Quilted by Margo Cope
designed by Mary Cook
Wholecloth quilts are not
pieced, but are made from a background fabric and decorated
with stitched patterns.
Wholecloth quilting dates back several hundred years in
Wales and North America.
The fabrics and waddings used depend on the materials
most easily available in the area. The quilting is often
worked in the same colour thread as the background fabric,
although occasionally a contrast colour is used. The traditional
quilting stitch is a running stitch, worked through all three
layers of top fabric, wadding and backing fabric; the stitch
holds the wadding in place.
The designs of wholecloth
quilts were usually inspired by everyday objects - leaves,
flowers, feathers, goose tails and wings, cords, fans,
shapes were often created by drawing using a flat-iron as a
template; one side of the iron would be trace, then turned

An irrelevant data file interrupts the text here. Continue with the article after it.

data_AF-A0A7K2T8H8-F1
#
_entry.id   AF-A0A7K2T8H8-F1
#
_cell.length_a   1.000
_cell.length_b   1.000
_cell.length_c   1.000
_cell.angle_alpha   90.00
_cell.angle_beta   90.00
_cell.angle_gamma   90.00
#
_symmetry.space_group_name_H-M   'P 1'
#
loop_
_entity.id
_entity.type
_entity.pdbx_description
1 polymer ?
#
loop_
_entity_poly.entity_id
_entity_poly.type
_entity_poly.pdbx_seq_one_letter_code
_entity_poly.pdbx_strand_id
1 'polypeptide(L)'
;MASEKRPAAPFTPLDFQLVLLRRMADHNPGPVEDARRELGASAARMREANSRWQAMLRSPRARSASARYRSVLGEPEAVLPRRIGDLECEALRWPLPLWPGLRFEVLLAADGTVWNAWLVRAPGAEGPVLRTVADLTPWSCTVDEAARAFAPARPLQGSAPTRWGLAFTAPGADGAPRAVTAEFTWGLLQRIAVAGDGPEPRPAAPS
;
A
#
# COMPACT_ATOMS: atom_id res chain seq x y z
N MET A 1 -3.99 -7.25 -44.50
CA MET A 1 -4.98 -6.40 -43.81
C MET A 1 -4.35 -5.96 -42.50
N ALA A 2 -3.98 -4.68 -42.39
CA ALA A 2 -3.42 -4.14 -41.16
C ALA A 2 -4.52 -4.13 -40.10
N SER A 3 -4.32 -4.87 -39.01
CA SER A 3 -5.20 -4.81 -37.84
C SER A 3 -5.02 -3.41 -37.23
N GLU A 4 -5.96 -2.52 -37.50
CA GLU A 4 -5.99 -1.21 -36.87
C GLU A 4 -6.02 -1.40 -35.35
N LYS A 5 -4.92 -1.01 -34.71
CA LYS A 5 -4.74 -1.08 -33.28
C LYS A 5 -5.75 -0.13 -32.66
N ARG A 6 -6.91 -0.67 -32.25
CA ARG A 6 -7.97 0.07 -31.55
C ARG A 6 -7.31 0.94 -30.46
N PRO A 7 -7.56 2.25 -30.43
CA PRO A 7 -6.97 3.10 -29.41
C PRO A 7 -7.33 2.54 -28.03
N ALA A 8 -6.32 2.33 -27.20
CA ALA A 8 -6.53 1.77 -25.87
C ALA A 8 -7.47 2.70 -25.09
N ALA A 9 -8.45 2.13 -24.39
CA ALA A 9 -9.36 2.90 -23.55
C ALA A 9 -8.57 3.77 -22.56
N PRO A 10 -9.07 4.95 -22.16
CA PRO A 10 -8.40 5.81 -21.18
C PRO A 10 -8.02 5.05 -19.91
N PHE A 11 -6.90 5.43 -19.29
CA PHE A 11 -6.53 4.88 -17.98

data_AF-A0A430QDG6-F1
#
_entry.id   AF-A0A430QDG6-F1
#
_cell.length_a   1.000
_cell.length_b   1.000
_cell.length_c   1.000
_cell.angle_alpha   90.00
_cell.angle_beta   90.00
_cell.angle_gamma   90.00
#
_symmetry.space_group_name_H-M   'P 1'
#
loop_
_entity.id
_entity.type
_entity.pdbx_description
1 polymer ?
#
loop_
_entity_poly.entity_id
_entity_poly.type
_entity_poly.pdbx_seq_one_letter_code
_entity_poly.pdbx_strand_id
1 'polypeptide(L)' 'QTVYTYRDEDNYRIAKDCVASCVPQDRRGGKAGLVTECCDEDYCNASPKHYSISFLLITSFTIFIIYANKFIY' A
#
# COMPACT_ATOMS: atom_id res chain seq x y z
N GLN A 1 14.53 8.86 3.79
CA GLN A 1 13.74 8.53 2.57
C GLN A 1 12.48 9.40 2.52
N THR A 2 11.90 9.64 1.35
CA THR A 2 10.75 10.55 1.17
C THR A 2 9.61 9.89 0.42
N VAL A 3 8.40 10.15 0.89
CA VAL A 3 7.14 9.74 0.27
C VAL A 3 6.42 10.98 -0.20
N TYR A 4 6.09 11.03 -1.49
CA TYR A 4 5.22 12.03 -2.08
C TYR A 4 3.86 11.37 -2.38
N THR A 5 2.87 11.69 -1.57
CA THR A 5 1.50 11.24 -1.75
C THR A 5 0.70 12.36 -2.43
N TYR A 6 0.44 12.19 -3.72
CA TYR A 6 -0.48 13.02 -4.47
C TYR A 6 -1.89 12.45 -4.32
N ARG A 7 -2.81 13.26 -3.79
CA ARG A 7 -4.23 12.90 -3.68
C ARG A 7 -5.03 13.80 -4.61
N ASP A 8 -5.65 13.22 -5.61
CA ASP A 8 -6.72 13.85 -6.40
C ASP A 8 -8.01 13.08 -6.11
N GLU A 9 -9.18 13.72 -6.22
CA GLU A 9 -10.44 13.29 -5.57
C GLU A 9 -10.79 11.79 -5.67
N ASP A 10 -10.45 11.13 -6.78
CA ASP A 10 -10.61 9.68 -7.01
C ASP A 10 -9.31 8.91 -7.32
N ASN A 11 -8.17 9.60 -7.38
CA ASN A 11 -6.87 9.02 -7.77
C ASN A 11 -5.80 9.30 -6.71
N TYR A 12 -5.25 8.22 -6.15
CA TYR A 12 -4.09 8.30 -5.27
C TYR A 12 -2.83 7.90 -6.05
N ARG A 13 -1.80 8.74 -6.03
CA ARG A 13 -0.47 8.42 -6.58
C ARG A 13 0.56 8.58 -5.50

around for the other half of the leaf shape. Because quilting was
usually done in groups, it is difficult to know where the
traditional designs originated; individual quilters would add
their own touches to the chosen patterns.
PATCHWORK AND QUILTING, A Step-by-Step Guide
Our pattern was designed
using traditional motifs - a celtic knot in the centre
bordered by a star.
Feather borders were used in the corner to frame the
background was filled in using a grid or cross-hatch
pattern. The quilt was hand quilted